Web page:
Ken Hansen, Unified Police detective, said participants in online groups should be careful.
"If you open up your life or your Facebook to strangers, you never know what's going to happen," he said.
Facebook does regulate pages and groups, but sometimes false identities are created, he said. Supporters are urged to do their research, set their privacy settings accordingly and contact law enforcement if they are still unsure about a group or page.
"Certainly you can appreciate someone going through that (difficult situation) and maybe provide support, but I would be careful before I did anything else," he said.
Greene said she was shocked at how much attention her Facebook page received.
"There were, at one point, like 800 members to it," she said.
What began as a way to share Katelynn's status after heart surgery, quickly became more. It was one of her only contacts with the world outside when she was in the hospital.
"I could just go and I could type," she said. It becomes a place where she shared more than just updates — she shared her fears, hopes and faith.
"It ended up becoming... sharing more than I meant to," she said.
Problems with her hip and back left Greene grocery shopping in a wheelchair just two weeks after her daughter's death.
She felt upset and alone. She felt robbed that she had to do everyday tasks in the wake of such grief.
A stranger approached her and asked Greene why she was in a wheelchair. The woman helped Greene with her shopping and offered an inspiring story of a women who recently lost her child and was in a wheelchair.
"She started telling my story," Greene said. "That woman that she's finding inspiration in was me."
In that moment Greene said she realized Facebook had allowed her to emit her purest feelings, rather than the negative ones she felt that day in the grocery store.
"How do you explain the value of people who reach out to you?" she asked. Facebook "gave me some support that was really valuable."
A place of understanding
Deverall uses the page to rally support for autistic-friendly causes, post questions about safety for their children, or about events that welcome kids with special needs.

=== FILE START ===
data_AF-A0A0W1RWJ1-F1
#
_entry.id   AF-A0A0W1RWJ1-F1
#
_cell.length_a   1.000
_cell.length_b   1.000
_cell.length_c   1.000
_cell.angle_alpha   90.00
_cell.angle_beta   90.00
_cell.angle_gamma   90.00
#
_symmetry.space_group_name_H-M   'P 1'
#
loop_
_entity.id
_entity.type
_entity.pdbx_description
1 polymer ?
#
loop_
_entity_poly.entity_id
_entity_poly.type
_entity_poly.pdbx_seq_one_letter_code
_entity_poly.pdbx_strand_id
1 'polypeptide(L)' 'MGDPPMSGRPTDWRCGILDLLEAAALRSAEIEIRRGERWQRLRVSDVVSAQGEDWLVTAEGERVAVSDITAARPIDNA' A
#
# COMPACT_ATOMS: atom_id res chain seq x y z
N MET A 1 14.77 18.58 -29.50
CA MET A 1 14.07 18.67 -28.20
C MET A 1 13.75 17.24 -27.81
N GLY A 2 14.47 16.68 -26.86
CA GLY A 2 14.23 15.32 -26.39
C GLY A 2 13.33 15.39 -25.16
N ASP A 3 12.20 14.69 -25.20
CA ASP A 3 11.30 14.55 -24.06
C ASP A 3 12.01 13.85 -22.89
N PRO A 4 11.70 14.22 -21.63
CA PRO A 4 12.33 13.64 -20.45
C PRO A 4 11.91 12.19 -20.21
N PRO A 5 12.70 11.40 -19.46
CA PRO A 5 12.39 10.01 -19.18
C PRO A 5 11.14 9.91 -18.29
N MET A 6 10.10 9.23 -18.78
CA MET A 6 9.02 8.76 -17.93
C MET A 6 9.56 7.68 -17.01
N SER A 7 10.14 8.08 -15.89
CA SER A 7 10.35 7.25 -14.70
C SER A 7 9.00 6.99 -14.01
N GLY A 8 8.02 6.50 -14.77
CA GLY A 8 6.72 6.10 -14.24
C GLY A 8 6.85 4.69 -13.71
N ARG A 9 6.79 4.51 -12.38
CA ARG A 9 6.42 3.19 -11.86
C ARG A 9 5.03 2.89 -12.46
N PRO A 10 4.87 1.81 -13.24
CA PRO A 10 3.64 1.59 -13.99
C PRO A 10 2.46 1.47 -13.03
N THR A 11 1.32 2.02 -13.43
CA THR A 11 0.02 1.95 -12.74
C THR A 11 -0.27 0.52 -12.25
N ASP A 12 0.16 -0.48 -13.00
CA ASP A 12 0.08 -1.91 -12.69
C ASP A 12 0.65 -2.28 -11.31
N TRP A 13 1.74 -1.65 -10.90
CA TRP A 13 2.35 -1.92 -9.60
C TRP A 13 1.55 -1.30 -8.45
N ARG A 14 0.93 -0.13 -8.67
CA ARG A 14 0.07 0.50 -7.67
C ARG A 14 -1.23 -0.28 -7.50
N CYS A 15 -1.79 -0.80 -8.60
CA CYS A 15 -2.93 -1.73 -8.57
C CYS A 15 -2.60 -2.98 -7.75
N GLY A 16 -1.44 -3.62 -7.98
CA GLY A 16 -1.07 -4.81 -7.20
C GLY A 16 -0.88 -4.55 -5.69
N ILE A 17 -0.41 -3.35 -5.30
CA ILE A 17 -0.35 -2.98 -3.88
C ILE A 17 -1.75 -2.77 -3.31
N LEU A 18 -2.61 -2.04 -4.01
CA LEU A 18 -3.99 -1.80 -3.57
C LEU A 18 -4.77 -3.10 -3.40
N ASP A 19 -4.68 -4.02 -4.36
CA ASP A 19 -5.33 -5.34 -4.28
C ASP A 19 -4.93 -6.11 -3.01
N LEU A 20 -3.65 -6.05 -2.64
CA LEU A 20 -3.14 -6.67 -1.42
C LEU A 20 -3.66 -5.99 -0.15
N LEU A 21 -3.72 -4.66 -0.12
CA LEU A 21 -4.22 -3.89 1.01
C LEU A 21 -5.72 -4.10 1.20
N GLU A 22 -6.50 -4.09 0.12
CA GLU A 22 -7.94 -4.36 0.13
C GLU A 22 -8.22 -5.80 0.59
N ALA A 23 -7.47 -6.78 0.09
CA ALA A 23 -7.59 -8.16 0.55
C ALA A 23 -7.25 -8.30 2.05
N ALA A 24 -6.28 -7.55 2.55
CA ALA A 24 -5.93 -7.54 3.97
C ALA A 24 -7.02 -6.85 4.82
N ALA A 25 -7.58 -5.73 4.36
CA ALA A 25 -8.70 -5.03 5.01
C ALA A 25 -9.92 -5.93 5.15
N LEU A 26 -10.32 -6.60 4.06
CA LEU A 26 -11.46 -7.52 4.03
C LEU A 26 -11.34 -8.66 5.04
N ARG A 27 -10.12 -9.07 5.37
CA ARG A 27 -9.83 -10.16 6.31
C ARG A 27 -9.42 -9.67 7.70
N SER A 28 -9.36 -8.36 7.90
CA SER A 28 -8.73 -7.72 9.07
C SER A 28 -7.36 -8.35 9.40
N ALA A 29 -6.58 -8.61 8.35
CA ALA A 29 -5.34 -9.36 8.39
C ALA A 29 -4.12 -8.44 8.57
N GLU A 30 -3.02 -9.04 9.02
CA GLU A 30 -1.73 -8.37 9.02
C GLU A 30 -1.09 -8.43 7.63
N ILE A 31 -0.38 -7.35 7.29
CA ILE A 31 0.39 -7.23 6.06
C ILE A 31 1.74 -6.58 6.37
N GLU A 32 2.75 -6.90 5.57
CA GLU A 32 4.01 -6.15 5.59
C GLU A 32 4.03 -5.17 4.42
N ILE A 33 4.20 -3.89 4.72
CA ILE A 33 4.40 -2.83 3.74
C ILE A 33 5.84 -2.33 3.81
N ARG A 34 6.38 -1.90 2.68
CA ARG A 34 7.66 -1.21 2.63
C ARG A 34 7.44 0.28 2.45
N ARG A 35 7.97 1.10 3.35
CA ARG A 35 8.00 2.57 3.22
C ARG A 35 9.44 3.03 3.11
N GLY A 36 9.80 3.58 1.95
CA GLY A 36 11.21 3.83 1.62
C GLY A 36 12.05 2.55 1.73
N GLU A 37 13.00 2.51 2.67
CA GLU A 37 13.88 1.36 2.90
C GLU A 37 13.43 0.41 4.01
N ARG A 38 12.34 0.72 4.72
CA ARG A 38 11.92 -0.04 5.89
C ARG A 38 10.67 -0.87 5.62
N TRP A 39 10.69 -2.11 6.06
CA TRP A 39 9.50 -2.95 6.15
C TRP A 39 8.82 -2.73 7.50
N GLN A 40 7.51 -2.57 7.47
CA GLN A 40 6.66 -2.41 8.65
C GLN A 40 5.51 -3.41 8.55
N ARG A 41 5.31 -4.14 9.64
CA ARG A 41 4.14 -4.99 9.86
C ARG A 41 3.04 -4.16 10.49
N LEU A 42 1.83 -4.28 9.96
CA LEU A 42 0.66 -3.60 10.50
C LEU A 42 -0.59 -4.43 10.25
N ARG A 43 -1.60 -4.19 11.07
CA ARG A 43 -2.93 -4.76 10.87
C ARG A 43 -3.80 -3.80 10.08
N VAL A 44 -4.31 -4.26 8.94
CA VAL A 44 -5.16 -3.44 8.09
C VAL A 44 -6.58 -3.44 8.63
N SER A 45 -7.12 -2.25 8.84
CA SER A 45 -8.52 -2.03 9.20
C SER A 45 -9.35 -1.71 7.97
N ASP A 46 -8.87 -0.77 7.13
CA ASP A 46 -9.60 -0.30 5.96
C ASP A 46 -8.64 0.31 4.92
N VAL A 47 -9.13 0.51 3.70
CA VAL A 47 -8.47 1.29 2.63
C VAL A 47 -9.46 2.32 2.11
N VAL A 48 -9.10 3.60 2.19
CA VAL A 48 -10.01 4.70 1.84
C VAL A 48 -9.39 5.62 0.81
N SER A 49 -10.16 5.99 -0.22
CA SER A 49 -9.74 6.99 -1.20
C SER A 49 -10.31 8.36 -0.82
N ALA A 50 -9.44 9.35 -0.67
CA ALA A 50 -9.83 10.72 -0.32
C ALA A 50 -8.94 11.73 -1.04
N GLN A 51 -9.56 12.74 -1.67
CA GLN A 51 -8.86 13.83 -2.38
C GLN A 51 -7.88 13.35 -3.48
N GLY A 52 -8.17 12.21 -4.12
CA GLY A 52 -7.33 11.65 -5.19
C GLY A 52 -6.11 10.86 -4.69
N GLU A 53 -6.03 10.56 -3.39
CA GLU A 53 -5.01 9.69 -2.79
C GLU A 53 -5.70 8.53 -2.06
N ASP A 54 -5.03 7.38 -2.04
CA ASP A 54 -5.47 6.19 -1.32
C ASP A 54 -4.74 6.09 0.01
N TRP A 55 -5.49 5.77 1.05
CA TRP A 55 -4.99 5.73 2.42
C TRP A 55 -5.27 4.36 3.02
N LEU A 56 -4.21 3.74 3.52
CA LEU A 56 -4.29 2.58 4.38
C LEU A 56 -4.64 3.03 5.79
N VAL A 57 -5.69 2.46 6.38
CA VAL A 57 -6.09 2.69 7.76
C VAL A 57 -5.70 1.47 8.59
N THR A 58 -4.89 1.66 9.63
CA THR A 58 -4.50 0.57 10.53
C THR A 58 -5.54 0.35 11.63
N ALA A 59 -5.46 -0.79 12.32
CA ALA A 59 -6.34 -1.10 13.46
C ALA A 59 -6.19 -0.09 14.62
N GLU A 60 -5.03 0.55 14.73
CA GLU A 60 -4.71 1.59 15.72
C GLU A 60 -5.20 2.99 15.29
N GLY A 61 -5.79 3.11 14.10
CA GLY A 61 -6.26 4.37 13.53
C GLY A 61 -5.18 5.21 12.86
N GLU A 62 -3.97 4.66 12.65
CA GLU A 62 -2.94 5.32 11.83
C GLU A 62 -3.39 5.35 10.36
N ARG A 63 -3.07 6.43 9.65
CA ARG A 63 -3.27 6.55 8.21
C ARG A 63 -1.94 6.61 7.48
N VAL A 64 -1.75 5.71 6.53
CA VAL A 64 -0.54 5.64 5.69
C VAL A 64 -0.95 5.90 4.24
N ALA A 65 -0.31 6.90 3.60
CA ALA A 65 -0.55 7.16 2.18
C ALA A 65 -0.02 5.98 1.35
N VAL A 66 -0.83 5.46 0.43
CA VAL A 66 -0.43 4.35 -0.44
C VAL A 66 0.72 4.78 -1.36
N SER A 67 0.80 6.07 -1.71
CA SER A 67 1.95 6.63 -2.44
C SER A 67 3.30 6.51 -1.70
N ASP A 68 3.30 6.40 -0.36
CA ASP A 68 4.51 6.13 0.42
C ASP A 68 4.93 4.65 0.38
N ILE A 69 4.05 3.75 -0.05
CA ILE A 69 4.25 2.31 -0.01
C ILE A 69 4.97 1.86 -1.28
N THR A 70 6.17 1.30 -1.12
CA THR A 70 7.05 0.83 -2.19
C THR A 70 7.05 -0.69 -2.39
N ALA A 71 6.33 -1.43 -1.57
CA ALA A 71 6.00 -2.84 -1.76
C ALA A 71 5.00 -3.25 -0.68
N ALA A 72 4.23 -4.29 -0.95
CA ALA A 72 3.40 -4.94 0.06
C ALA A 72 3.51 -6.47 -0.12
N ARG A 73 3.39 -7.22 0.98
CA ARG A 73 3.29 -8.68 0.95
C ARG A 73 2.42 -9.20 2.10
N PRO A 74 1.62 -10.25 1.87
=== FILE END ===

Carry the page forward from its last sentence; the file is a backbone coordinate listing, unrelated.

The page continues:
And sometimes, she likes to post something to keep lighten the mood — something that only moms with kids with autism can relate to.
"Here's to the caretakers, the poop whisperers, the up-all-nighters. Here's to you, autism mom. Rock on, woman," a post from Feburary 13.
"Some moms are a little overdramatic, but it's a place where you can say these things and not be judged because we can all relate in on way or another," she said. "We definitely understand."
Deverall's son will soon be starting kindergarten. She knows where to turn with questions. It's the kind of support she said she can't get anywhere else, and it's available 24-7 for uplifting messages like, "You will get through the day," or "we had that yesterday and we're alive today."
Social workers told Clayerie her as Presley started maintenance treatments, month 11 of months of a two-and-a-half-year treatment for leukemia patients, some families and friends would stop calling.
"It's kind of true," she said. "Most support now is with other cancer moms. They understand how long cancer treatment is."
Clayerie said sometimes cancer moms pull away. They want to take a step back into "normal life."
"We try to be normal, we try to ignore," she said — that cancer isn't apart of their lives. "But after a while it comes back."
It comes back with each fever that requires a trip to the emergency room instead of a simple pain reliving medication. Or a playdate canceled because their child's white blood cell count isn't where it should be.
"Little things become big things," she said. "It's not just like a normal kid."
She said she and the other cancer moms always come back together. For their own support and to support others.
"We can't not know how the other cancer kids are doing," she said.
Copyright 2017, Deseret News Publishing Company